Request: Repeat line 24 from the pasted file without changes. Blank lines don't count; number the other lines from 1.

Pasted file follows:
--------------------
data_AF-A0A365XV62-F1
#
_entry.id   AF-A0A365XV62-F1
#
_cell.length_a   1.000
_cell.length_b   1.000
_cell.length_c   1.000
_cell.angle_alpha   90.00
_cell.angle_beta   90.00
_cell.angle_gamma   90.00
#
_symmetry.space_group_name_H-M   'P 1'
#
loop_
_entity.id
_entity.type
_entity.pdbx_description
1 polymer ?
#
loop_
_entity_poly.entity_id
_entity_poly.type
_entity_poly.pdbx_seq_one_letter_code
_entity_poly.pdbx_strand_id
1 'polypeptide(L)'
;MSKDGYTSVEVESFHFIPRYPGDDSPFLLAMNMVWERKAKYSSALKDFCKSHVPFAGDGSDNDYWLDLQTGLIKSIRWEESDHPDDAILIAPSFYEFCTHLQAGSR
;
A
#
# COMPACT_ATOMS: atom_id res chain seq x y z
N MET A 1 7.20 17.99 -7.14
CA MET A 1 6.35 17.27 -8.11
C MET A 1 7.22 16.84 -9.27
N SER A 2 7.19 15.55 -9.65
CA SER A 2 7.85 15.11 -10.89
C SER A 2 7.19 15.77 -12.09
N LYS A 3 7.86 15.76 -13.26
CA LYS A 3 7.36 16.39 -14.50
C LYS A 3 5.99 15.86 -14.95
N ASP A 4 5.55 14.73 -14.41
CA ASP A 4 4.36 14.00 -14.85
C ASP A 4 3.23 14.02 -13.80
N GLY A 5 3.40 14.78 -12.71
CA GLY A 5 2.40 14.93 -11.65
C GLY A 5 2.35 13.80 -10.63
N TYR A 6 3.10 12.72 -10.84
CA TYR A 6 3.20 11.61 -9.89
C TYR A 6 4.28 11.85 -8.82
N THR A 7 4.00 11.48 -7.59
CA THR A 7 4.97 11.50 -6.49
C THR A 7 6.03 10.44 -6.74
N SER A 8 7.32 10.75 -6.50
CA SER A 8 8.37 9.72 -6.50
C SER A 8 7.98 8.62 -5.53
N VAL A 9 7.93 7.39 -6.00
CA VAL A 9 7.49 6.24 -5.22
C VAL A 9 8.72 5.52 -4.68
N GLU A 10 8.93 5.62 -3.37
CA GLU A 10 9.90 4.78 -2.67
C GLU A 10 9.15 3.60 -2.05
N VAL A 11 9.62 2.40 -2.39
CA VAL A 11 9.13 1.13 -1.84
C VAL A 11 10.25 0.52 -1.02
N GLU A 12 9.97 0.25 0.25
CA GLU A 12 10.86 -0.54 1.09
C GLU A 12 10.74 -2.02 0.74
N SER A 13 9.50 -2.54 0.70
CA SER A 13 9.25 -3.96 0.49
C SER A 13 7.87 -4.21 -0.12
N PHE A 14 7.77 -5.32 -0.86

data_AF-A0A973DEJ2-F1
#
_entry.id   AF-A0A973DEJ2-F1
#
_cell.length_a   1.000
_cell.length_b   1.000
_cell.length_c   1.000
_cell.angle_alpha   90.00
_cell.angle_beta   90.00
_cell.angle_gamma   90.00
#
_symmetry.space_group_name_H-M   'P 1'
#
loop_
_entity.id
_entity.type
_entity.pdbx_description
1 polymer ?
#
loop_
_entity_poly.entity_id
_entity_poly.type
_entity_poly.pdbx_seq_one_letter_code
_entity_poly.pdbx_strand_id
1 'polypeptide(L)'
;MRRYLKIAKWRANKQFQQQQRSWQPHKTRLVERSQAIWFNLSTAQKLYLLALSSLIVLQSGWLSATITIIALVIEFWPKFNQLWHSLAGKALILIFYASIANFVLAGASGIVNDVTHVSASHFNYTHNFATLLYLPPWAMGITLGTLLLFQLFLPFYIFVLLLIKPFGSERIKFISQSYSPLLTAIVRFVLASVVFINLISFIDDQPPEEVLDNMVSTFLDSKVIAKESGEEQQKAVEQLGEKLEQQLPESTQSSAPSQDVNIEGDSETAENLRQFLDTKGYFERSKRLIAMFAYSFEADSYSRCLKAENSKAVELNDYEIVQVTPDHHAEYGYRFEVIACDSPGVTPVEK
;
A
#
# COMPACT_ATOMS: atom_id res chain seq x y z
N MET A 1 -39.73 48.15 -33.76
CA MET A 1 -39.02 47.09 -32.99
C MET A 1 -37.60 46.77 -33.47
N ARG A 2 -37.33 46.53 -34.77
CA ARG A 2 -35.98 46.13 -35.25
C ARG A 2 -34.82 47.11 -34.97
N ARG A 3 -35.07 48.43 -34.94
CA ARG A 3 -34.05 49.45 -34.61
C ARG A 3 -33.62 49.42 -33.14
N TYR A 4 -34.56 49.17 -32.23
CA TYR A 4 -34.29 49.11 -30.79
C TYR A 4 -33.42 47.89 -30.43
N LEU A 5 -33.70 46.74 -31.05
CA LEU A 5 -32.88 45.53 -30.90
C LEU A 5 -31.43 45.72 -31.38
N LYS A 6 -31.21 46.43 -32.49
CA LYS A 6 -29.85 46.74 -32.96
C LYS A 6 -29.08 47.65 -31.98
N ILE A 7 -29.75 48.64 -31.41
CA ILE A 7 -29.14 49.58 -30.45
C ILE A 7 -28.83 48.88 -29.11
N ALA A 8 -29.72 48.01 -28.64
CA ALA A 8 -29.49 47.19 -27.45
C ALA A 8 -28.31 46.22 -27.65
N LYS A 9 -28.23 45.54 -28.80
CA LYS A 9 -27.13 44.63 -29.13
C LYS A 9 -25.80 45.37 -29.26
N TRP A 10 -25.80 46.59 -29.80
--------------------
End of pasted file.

_entity_poly.pdbx_strand_id